The Washington Post and its reporter Taylor Lorenz are claiming that a profile of the person allegedly behind the Libs of TikTok account did not contain any personal information, assertions disputed by the person behind the account.

The original version of the piece, which is highly negative against the person, contained a name and an address said by some to be a personal address, in addition to an employer’s name and address.

The link was removed between two and three hours after publication.

In a statement responding to critics, the Washington Post’s senior managing editor said that “we did not publish or link to any details about her personal life,” referring to the woman who the paper said runs the Libs of TikTok account on social media.

“That’s just false. That’s just patently false. We absolutely did not link to any personal information,” Lorenz added during a podcast interview with CNN.

Libs of TikTok said that the statements were lies.

“They included a link with personal information which they later removed because they knew what they were doing was abhorrent,” the account said on Twitter.

Critics also said the statements were not true.

“It would be better to admit it and explain or apologize,” said Mary Katharine Ham, a CNN commentator.

The Post and Lorenz both acknowledged the original version of the story did link to a page about the woman who they say runs the account, but only after being pressed on the matter.

“It was a link to her previous professional address, and we ultimately deemed it unnecessary,” a Post spokesperson told The Epoch Times in an email.

Lorenz told CNN said she did not know where exactly the link went to but claimed it definitely did not contain personal information.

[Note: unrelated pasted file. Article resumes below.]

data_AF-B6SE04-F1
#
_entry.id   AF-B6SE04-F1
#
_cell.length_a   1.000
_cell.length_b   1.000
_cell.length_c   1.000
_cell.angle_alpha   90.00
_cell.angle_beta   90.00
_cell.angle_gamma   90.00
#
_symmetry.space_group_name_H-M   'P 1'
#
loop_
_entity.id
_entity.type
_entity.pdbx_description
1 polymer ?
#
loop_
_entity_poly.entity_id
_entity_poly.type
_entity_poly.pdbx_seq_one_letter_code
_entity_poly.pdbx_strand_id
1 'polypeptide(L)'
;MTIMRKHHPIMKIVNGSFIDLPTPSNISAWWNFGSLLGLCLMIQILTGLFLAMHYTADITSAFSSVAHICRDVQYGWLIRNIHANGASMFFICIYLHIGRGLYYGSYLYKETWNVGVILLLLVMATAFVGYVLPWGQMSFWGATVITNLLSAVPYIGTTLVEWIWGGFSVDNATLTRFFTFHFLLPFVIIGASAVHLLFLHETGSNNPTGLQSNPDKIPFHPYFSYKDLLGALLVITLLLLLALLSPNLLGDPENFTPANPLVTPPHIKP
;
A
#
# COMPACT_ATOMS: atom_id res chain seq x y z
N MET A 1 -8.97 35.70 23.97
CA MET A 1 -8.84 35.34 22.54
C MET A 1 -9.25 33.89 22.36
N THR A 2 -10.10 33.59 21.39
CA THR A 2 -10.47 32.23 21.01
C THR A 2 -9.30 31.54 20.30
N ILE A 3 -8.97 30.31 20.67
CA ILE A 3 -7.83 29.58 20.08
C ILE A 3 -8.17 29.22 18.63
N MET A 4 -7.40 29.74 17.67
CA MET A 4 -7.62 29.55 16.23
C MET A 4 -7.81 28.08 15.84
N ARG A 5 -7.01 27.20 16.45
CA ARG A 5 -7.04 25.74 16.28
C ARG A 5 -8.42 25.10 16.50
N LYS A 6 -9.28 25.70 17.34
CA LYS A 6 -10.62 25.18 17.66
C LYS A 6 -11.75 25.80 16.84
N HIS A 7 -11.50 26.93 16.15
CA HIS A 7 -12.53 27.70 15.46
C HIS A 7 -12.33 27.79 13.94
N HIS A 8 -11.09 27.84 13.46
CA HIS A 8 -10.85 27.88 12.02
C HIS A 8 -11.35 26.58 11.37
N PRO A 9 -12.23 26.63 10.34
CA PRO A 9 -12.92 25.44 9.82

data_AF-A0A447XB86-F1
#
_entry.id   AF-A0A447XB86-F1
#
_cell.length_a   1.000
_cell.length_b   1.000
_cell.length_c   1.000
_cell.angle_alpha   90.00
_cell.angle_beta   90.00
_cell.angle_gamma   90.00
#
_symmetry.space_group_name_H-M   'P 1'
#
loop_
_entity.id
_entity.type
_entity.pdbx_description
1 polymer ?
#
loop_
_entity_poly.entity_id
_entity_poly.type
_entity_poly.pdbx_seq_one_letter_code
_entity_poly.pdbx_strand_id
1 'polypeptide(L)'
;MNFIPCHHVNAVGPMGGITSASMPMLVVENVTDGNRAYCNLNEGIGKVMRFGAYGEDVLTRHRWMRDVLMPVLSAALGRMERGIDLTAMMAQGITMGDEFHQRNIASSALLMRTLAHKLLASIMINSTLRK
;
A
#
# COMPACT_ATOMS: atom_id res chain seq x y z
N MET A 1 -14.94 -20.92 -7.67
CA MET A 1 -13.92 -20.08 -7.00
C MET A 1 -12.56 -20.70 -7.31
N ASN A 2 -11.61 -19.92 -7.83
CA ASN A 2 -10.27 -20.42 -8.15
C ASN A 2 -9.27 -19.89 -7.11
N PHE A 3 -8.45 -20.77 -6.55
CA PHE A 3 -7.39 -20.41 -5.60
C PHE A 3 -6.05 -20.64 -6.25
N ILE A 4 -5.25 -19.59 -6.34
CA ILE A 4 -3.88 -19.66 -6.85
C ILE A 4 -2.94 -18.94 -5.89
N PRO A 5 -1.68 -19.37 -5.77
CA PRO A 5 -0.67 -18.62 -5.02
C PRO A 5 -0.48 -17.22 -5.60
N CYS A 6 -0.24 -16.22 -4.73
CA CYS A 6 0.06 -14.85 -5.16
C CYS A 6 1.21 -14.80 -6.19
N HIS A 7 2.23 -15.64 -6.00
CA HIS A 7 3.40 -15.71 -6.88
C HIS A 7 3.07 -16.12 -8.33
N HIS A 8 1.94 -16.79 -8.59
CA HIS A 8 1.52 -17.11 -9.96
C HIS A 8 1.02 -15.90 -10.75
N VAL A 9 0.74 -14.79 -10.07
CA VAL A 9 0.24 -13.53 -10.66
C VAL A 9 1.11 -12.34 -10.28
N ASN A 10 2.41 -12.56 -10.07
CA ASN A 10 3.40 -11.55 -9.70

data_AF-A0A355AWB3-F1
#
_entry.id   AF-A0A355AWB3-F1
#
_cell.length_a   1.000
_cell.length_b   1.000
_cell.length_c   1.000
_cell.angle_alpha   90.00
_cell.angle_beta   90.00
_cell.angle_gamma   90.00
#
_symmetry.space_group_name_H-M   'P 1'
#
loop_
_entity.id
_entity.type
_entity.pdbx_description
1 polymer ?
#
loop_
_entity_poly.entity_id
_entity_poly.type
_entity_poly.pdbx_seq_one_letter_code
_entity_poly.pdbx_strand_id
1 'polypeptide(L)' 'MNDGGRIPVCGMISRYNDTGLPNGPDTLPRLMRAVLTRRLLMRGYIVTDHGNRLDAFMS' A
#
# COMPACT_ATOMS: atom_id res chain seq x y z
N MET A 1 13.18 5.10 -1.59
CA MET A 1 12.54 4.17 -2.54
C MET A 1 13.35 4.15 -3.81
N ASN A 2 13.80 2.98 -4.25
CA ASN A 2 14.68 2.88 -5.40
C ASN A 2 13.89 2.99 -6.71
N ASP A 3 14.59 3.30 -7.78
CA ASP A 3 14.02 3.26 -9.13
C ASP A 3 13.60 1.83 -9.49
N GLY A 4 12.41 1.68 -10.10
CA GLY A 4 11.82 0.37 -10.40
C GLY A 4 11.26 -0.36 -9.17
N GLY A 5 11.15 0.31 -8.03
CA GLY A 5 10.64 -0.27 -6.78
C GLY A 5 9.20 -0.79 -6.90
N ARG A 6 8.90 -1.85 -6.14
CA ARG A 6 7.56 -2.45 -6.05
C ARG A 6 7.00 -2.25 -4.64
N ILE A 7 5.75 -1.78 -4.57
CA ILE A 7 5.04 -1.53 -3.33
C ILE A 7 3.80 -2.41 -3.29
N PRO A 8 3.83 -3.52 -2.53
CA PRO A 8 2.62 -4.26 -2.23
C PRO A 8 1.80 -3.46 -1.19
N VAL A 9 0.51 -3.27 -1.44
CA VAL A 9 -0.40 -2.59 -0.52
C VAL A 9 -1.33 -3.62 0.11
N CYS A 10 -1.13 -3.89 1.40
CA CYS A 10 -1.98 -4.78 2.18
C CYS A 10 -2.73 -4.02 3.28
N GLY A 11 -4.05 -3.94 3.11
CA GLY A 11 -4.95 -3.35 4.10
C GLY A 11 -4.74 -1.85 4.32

“I think, maybe, [it went] to an open government database,” she said. “Like an old—I don’t know. I just know I went through that whole story myself, and there was nothing personal.”

Libs of TikTok did not respond to requests for comment, including what personal information was included in the link. Lawyers representing the account owner, whose identity has not been confirmed, declined to comment.

Alex Stamos, a professor at Stanford University’s Center for International Security and Cooperation, said the story constituted doxxing, a word that means to publish private or identifying information on the internet, typically with malicious intent.

“The account is horrible and drives a lot of harassment, so naming was probably appropriate but not the breadcrumb trail (via RE license) to this person’s home address,” he wrote on Twitter.

Lorenz has disputed allegations that the article constitutes doxxing, pointing to interviews the alleged accountholder gave with news outlets in which her name was not revealed.

Libs of TikTok primarily shares videos that people, mainly teachers, post to TikTok celebrating how they teach pupils about sexuality, including homosexuality and transgenderism, or talk about the subjects.

One professor, for instance, was fired after the account shared a video of him saying that sexual contact with a 1-year-old might not be “wrong.” Another man was let go after expressing support for children deciding their sexual orientation and saying “if your parents don’t love and accept you for who you are this Christmas, [expletive] them, I’m your parents now.”

Lorenz said she looked into the identity of the person who runs the account because the woman was “targeting LGBTQ folks” and running an “LGBTQ hate account.”

LGBTQ stands for lesbian, gay, bisexual, transgender, and queer.

The reporter also said foreign actors could have been behind the account.

Lorenz cited research by Travis Brown, a developer formerly employed by Twitter who is now working with a group called the Protoype Fund, as helping her discover the person’s identity. The fund is financially supported by the German government, according to its website.

Brown himself cited a self-described member of Antifa, a far-left, anarcho-communist network, for helping him learn the accountholder’s identity.


Zachary Stieber covers U.S. and world news. He is based in Maryland.

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